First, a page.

What to Do and Sip in Reims

When we were planning our trip to France, there was no doubt we wanted to splurge and cross a wine destination off of our bucket lists, but with so many remarkable options, it wasn't easy to pick! After some debate, my travel buddy/BFF/fellow wine lover Trish and I set our sights on the cellars of Reims thanks to its proximity to Paris and its Champagne. We quickly learned that it also had history, architecture, and culture to discover.

Fountain in the center of Reims.

Four Things to Do in Reims

G.H. Mumm Champagne House

After a train ride across northern France from Bayeux to Reims, our first destination was Maison Mumm. Located in the heart of Reims, Mumm has been making its famous Champagne since 1827. Our tour started with a introductory video, followed by a walk through their caves, and ended with a tasting of their extraordinary bubbly. The tour guide focused heavily on the art of making Champagne, detailing every aspect of the process. I highly recommend the Mumm tour if you'd like to learn the production basics, as well as taste a variety of their cuvées. 
Cuvée (n.): In Champagne, the first press of the finest grapes. In other regions, a cuvée is a blend of wines.
Miles and miles of tunnels full of Mumm Champagne.

A glass of Mumm with their signature red ribbon.

Outdoor tasting area at Maison Mumm.

Maison Veuve Clicquot

I may or may not have cried happy tears when we stepped into Veuve Clicquot's Champagne house. Either because we were running late and just made our tour, or because I have long admired the Widow Clicquot and her legacy. Probably both. As a marketing professional by day, I revere Veuve's luxury marketing and branding strategy. With its yellow labels and polished images, this brand is nothing short of iconic. 

Our Veuve tour guide spent sufficient time on the wine making process, but she focused on the history of the Champagne house and the life of Le Grand Dame Barbe-Nicole Clicquot (née Ponsardin). She also touched on details like their famous anchor symbol, which was chosen in 1798 by Philippe Clicquot, the house's founder and the widow's father-in-law. I recommend this tour if you're interested in the history of Champagne, as well as World War I. Many of the caves in Reims were used as shelter during The Great War, including the ones you walk through at Veuve Clicquot.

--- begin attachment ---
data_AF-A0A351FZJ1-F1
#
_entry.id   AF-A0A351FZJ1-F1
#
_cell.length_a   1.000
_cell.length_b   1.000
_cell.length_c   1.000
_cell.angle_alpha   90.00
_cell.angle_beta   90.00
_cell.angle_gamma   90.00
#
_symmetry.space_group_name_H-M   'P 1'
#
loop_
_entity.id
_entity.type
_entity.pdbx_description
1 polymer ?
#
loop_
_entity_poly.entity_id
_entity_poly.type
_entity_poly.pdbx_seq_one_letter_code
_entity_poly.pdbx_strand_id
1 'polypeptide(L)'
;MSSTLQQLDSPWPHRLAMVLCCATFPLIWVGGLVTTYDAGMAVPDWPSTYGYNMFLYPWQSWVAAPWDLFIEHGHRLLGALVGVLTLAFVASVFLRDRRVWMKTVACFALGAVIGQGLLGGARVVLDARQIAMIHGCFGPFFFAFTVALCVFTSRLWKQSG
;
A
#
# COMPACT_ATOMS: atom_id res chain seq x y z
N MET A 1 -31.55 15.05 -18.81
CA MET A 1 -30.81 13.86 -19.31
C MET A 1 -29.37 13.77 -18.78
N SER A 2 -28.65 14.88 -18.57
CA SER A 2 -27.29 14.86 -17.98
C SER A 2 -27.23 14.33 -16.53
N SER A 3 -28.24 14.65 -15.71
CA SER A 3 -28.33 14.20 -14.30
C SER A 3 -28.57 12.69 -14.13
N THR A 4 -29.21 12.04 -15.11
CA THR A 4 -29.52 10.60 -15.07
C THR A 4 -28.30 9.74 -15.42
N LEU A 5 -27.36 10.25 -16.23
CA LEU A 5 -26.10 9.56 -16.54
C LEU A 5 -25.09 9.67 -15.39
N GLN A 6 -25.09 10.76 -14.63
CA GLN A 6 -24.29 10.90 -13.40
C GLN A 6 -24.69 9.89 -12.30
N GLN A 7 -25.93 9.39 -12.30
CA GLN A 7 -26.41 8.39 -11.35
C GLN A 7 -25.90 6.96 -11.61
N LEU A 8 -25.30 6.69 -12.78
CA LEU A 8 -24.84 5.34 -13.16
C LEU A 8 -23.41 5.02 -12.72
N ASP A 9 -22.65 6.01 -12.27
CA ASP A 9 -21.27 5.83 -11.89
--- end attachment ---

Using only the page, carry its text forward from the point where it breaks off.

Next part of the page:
Chalk caves at Veuve Clicquot. I made the mistake of leaning on the walls!

Crossing off a bucket list item with one of my best friends!

Notre-Dame de Reims

The more famous Notre-Dame de Paris is cool and all but I'll let you in on something: the one in Reims is more impressive. History buffs and architecture nerds, get to this place ASAP. With its awe-inspiring stained glass windows, the Cathedral sits on the site where Clovis I, the first king of the Franks, was baptized in 496. After the original structure was destroyed in a fire in 1211, the current structure was built from 1211 to 1345. From 1027 to 1825, the site played host to the French monarchs' coronations. And I'm barely scratching the surface of its long history. While we were there, they had an in-depth and informative display documenting the Cathedral's history and ongoing restorations.

One of the large Cathedral doors. On the right, a bit of the restoration scaffolding.

I can see why the French kings trekked to Reims for their coronations.

Sidewalk Cafés

Before arriving in Reims, I didn't think there would be much to do besides visiting the Champagne houses. I was pleasantly surprised to find tons of sidewalk cafés to host one of our favorite activities: drinking outdoors. While I love the Parisian sidewalk café style for its coziness, these outdoor seating areas were much larger and reminded me of what we found in Germany a few years back. We enjoyed some good meals and many (many) bottles of bubbly outside, just people watching and relaxing. If you like to indulge and appreciate your surroundings, this is an activity for you.
Biscuit rose de Reims (n.): A biscuit made pink by the addition of carmine. It is a regional specialty customarily dipped in Champagne.

Dessert and Champagne outdoors. My tiramisu featured biscuit rose de Reims.

Bistro lunch outdoors... and more Champagne!

There's a multitude of fine Champagne houses in Reims and neighboring Épernay that open their doors to visitors. Champagne is expensive no matter where you are, but this experience was worth every penny.

Tell me which wine destination I have to visit next!